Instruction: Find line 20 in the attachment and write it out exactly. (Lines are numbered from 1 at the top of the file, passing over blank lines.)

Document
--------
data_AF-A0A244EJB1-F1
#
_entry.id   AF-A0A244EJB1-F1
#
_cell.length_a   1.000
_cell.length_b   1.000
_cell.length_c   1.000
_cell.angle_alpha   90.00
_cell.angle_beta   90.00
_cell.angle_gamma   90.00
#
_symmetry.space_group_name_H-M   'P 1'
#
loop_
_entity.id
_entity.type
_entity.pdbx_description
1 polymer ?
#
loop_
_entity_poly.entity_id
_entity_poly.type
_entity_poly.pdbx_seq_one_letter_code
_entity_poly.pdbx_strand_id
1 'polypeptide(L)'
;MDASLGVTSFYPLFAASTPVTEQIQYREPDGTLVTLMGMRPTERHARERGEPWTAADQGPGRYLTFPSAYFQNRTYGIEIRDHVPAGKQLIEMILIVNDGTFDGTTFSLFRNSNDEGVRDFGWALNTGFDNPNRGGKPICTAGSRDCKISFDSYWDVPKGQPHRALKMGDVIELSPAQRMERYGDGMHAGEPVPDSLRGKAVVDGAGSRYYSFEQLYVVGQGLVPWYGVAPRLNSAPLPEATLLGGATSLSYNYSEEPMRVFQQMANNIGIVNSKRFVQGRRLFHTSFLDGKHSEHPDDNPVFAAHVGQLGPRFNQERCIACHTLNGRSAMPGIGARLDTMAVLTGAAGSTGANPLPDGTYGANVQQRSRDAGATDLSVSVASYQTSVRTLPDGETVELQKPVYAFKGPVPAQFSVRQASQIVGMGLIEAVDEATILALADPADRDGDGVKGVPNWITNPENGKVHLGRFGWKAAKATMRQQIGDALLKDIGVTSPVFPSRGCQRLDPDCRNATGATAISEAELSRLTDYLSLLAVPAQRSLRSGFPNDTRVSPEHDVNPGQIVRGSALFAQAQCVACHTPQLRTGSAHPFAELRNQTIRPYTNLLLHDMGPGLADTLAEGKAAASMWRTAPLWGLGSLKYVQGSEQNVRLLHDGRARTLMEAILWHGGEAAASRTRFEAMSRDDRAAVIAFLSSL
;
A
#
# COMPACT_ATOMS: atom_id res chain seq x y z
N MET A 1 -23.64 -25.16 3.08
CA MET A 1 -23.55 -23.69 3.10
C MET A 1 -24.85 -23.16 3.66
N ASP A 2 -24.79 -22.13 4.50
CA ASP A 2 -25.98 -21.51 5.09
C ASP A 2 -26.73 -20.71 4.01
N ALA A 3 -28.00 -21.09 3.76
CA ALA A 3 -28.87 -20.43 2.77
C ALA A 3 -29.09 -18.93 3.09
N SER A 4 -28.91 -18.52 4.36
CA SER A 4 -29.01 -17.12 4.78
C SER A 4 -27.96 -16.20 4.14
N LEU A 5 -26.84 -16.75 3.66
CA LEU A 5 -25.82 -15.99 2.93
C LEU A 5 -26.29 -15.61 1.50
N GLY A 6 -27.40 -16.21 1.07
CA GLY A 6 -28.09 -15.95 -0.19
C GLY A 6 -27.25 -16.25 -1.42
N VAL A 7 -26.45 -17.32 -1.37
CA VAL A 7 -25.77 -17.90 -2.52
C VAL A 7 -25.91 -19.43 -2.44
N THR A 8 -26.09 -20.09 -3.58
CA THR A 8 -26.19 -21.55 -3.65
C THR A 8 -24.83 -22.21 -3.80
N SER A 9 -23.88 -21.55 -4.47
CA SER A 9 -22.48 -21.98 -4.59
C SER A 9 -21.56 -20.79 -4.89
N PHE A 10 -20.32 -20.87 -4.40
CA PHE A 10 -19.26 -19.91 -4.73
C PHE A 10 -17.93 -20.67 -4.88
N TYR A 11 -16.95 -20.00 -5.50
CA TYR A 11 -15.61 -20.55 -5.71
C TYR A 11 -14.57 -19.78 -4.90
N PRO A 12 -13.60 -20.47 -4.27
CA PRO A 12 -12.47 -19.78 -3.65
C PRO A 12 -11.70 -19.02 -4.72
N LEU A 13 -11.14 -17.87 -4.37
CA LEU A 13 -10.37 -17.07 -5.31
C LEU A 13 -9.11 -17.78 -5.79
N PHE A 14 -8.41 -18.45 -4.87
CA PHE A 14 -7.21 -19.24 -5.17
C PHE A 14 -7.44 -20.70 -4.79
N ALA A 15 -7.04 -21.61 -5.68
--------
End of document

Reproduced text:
loop_